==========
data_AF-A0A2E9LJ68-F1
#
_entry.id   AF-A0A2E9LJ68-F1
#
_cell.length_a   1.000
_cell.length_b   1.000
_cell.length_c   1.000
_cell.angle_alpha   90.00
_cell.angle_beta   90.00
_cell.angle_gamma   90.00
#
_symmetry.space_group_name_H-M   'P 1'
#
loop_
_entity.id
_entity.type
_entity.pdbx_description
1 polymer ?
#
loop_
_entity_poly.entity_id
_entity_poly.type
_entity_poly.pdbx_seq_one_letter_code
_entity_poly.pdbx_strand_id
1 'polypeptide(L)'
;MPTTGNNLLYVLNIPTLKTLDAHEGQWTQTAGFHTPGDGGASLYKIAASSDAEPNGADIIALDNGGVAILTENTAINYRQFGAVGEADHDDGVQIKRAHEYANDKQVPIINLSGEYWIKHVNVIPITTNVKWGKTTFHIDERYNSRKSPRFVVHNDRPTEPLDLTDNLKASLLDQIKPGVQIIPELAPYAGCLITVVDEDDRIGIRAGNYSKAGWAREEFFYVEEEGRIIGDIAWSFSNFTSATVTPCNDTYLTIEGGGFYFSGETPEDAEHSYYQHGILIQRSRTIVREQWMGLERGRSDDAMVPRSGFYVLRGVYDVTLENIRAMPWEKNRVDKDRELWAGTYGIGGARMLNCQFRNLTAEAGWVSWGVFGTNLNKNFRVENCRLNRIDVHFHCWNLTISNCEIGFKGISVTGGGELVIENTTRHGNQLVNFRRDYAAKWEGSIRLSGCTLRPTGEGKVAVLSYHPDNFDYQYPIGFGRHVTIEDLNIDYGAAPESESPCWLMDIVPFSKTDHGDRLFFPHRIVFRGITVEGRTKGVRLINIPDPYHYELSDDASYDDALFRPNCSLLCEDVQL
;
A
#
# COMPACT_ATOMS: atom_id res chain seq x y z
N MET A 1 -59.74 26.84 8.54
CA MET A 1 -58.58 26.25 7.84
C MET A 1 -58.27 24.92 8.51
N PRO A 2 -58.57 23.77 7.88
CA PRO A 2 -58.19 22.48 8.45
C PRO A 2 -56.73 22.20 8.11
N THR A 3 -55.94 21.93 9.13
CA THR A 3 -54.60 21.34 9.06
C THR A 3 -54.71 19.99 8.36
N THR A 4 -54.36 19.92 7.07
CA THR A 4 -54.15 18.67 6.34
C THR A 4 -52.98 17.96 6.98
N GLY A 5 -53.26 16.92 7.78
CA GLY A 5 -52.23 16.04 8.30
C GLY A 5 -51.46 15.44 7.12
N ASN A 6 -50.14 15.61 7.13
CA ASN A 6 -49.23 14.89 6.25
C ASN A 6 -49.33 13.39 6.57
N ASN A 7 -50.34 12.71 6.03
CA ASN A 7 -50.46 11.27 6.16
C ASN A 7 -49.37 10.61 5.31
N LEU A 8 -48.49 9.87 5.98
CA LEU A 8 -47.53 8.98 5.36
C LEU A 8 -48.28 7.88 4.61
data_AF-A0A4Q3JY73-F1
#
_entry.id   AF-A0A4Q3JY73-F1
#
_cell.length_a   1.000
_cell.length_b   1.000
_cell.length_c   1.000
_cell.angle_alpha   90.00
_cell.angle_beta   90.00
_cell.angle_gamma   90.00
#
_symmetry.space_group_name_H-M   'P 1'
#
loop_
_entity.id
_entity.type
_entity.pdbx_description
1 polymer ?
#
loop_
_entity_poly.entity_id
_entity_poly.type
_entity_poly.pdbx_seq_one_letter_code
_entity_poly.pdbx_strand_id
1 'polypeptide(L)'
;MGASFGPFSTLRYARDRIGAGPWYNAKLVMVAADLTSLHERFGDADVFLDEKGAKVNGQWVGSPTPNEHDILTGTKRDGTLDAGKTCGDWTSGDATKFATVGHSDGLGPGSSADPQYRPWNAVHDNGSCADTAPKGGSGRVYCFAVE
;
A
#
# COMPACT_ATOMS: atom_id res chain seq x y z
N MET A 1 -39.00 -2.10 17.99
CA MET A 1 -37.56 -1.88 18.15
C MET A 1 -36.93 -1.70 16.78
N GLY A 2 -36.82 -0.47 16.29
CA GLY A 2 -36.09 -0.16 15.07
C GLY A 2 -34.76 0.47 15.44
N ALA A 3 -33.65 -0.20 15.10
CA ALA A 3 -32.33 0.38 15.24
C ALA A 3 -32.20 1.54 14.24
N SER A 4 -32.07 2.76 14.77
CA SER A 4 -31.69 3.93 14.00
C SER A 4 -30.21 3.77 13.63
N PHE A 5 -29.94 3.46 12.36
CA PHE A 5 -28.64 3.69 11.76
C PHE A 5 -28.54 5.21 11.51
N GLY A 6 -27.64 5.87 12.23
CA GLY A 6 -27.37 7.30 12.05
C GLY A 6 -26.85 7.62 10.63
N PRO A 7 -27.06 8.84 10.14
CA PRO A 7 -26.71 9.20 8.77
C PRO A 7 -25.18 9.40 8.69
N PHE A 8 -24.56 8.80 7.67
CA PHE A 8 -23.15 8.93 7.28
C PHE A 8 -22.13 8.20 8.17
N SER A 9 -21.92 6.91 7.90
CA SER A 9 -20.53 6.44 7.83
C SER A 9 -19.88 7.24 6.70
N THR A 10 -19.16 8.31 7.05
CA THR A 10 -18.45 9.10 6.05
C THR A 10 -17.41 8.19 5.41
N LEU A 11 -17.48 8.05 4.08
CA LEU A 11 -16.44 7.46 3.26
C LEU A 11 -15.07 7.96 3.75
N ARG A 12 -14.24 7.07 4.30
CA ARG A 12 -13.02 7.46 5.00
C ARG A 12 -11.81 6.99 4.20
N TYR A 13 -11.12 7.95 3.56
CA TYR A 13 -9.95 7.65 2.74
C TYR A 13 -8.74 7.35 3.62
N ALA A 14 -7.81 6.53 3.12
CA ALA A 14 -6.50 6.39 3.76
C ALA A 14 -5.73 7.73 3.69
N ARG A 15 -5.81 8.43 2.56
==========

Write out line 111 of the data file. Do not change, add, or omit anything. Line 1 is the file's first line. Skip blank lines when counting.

C SER A 9 -19.88 7.24 6.70